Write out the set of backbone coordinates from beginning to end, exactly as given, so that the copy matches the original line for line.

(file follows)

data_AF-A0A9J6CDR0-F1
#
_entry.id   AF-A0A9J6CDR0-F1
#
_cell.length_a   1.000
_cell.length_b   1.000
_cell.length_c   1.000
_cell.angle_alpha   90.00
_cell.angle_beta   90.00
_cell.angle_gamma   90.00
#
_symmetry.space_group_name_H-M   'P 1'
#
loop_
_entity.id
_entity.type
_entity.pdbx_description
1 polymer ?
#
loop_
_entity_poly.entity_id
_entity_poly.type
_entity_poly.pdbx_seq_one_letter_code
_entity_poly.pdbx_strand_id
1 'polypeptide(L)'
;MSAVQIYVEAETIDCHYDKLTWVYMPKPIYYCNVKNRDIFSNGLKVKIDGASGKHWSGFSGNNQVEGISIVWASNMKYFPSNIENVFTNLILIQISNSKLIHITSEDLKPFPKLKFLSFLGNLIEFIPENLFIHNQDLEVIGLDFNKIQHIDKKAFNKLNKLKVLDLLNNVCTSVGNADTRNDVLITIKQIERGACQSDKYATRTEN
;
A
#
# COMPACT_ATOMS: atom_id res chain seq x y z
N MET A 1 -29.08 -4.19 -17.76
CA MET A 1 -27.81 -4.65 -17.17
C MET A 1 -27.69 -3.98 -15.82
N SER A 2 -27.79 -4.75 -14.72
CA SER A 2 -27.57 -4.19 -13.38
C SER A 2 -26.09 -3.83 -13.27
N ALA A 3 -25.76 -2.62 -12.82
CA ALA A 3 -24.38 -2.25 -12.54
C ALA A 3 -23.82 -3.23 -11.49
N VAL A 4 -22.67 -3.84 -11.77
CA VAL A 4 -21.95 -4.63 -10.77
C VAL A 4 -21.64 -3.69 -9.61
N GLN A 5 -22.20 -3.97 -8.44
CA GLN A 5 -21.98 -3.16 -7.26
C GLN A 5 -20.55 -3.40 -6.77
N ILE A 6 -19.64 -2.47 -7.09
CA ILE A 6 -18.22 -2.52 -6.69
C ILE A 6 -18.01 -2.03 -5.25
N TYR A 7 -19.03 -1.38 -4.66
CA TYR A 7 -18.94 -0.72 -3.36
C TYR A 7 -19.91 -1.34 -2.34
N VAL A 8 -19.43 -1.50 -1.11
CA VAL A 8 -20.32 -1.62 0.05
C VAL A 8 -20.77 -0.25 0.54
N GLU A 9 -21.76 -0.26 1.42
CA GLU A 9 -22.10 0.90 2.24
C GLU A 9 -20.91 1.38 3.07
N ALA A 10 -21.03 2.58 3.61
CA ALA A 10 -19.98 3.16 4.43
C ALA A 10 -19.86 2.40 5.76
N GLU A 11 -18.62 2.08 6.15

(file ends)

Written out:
data_AF-A0A9J6CDR0-F1
#
_entry.id   AF-A0A9J6CDR0-F1
#
_cell.length_a   1.000
_cell.length_b   1.000
_cell.length_c   1.000
_cell.angle_alpha   90.00
_cell.angle_beta   90.00
_cell.angle_gamma   90.00
#
_symmetry.space_group_name_H-M   'P 1'
#
loop_
_entity.id
_entity.type
_entity.pdbx_description
1 polymer ?
#
loop_
_entity_poly.entity_id
_entity_poly.type
_entity_poly.pdbx_seq_one_letter_code
_entity_poly.pdbx_strand_id
1 'polypeptide(L)'
;MSAVQIYVEAETIDCHYDKLTWVYMPKPIYYCNVKNRDIFSNGLKVKIDGASGKHWSGFSGNNQVEGISIVWASNMKYFPSNIENVFTNLILIQISNSKLIHITSEDLKPFPKLKFLSFLGNLIEFIPENLFIHNQDLEVIGLDFNKIQHIDKKAFNKLNKLKVLDLLNNVCTSVGNADTRNDVLITIKQIERGACQSDKYATRTEN
;
A
#
# COMPACT_ATOMS: atom_id res chain seq x y z
N MET A 1 -29.08 -4.19 -17.76
CA MET A 1 -27.81 -4.65 -17.17
C MET A 1 -27.69 -3.98 -15.82
N SER A 2 -27.79 -4.75 -14.72
CA SER A 2 -27.57 -4.19 -13.38
C SER A 2 -26.09 -3.83 -13.27
N ALA A 3 -25.76 -2.62 -12.82
CA ALA A 3 -24.38 -2.25 -12.54
C ALA A 3 -23.82 -3.23 -11.49
N VAL A 4 -22.67 -3.84 -11.77
CA VAL A 4 -21.95 -4.63 -10.77
C VAL A 4 -21.64 -3.69 -9.61
N GLN A 5 -22.20 -3.97 -8.44
CA GLN A 5 -21.98 -3.16 -7.26
C GLN A 5 -20.55 -3.40 -6.77
N ILE A 6 -19.64 -2.47 -7.09
CA ILE A 6 -18.22 -2.52 -6.69
C ILE A 6 -18.01 -2.03 -5.25
N TYR A 7 -19.03 -1.38 -4.66
CA TYR A 7 -18.94 -0.72 -3.36
C TYR A 7 -19.91 -1.34 -2.34
N VAL A 8 -19.43 -1.50 -1.11
CA VAL A 8 -20.32 -1.62 0.05
C VAL A 8 -20.77 -0.25 0.54
N GLU A 9 -21.76 -0.26 1.42
CA GLU A 9 -22.10 0.90 2.24
C GLU A 9 -20.91 1.38 3.07
N ALA A 10 -21.03 2.58 3.61
CA ALA A 10 -19.98 3.16 4.43
C ALA A 10 -19.86 2.40 5.76
N GLU A 11 -18.62 2.08 6.15